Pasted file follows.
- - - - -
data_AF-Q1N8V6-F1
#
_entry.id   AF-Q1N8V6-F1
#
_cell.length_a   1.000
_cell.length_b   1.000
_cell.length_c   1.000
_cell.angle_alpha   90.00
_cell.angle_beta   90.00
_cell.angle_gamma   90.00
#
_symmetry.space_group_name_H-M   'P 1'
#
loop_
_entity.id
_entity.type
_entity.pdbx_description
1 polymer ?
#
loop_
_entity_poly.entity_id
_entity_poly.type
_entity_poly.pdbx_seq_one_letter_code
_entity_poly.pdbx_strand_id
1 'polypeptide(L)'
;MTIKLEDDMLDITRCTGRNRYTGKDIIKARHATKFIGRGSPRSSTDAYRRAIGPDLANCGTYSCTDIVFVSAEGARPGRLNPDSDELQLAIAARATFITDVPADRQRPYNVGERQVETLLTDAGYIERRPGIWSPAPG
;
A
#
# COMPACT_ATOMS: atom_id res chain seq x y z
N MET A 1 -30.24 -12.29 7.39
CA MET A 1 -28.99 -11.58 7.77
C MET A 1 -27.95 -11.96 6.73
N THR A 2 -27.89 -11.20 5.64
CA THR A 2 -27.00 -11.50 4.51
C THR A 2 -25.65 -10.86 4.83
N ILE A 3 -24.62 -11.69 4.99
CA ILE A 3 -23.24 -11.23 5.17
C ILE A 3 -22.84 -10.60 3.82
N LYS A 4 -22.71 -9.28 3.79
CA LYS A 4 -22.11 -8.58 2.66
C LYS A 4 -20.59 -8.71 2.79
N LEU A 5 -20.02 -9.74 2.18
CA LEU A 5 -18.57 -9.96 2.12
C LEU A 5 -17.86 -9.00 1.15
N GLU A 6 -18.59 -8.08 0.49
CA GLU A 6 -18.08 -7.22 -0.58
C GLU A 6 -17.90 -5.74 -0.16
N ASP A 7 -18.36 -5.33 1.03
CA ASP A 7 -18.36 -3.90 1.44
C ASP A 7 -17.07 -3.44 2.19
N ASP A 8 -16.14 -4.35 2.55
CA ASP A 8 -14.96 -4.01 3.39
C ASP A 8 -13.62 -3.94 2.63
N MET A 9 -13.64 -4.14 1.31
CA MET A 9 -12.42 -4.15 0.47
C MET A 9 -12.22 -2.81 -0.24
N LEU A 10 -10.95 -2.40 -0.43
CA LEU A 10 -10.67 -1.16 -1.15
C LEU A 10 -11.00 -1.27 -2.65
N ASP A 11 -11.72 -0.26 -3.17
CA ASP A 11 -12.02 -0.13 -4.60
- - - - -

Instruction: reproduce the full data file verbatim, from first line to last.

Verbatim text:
data_AF-Q1N8V6-F1
#
_entry.id   AF-Q1N8V6-F1
#
_cell.length_a   1.000
_cell.length_b   1.000
_cell.length_c   1.000
_cell.angle_alpha   90.00
_cell.angle_beta   90.00
_cell.angle_gamma   90.00
#
_symmetry.space_group_name_H-M   'P 1'
#
loop_
_entity.id
_entity.type
_entity.pdbx_description
1 polymer ?
#
loop_
_entity_poly.entity_id
_entity_poly.type
_entity_poly.pdbx_seq_one_letter_code
_entity_poly.pdbx_strand_id
1 'polypeptide(L)'
;MTIKLEDDMLDITRCTGRNRYTGKDIIKARHATKFIGRGSPRSSTDAYRRAIGPDLANCGTYSCTDIVFVSAEGARPGRLNPDSDELQLAIAARATFITDVPADRQRPYNVGERQVETLLTDAGYIERRPGIWSPAPG
;
A
#
# COMPACT_ATOMS: atom_id res chain seq x y z
N MET A 1 -30.24 -12.29 7.39
CA MET A 1 -28.99 -11.58 7.77
C MET A 1 -27.95 -11.96 6.73
N THR A 2 -27.89 -11.20 5.64
CA THR A 2 -27.00 -11.50 4.51
C THR A 2 -25.65 -10.86 4.83
N ILE A 3 -24.62 -11.69 4.99
CA ILE A 3 -23.24 -11.23 5.17
C ILE A 3 -22.84 -10.60 3.82
N LYS A 4 -22.71 -9.28 3.79
CA LYS A 4 -22.11 -8.58 2.66
C LYS A 4 -20.59 -8.71 2.79
N LEU A 5 -20.02 -9.74 2.18
CA LEU A 5 -18.57 -9.96 2.12
C LEU A 5 -17.86 -9.00 1.15
N GLU A 6 -18.59 -8.08 0.49
CA GLU A 6 -18.08 -7.22 -0.58
C GLU A 6 -17.90 -5.74 -0.16
N ASP A 7 -18.36 -5.33 1.03
CA ASP A 7 -18.36 -3.90 1.44
C ASP A 7 -17.07 -3.44 2.19
N ASP A 8 -16.14 -4.35 2.55
CA ASP A 8 -14.96 -4.01 3.39
C ASP A 8 -13.62 -3.94 2.63
N MET A 9 -13.64 -4.14 1.31
CA MET A 9 -12.42 -4.15 0.47
C MET A 9 -12.22 -2.81 -0.24
N LEU A 10 -10.95 -2.40 -0.43
CA LEU A 10 -10.67 -1.16 -1.15
C LEU A 10 -11.00 -1.27 -2.65
N ASP A 11 -11.72 -0.26 -3.17
CA ASP A 11 -12.02 -0.13 -4.60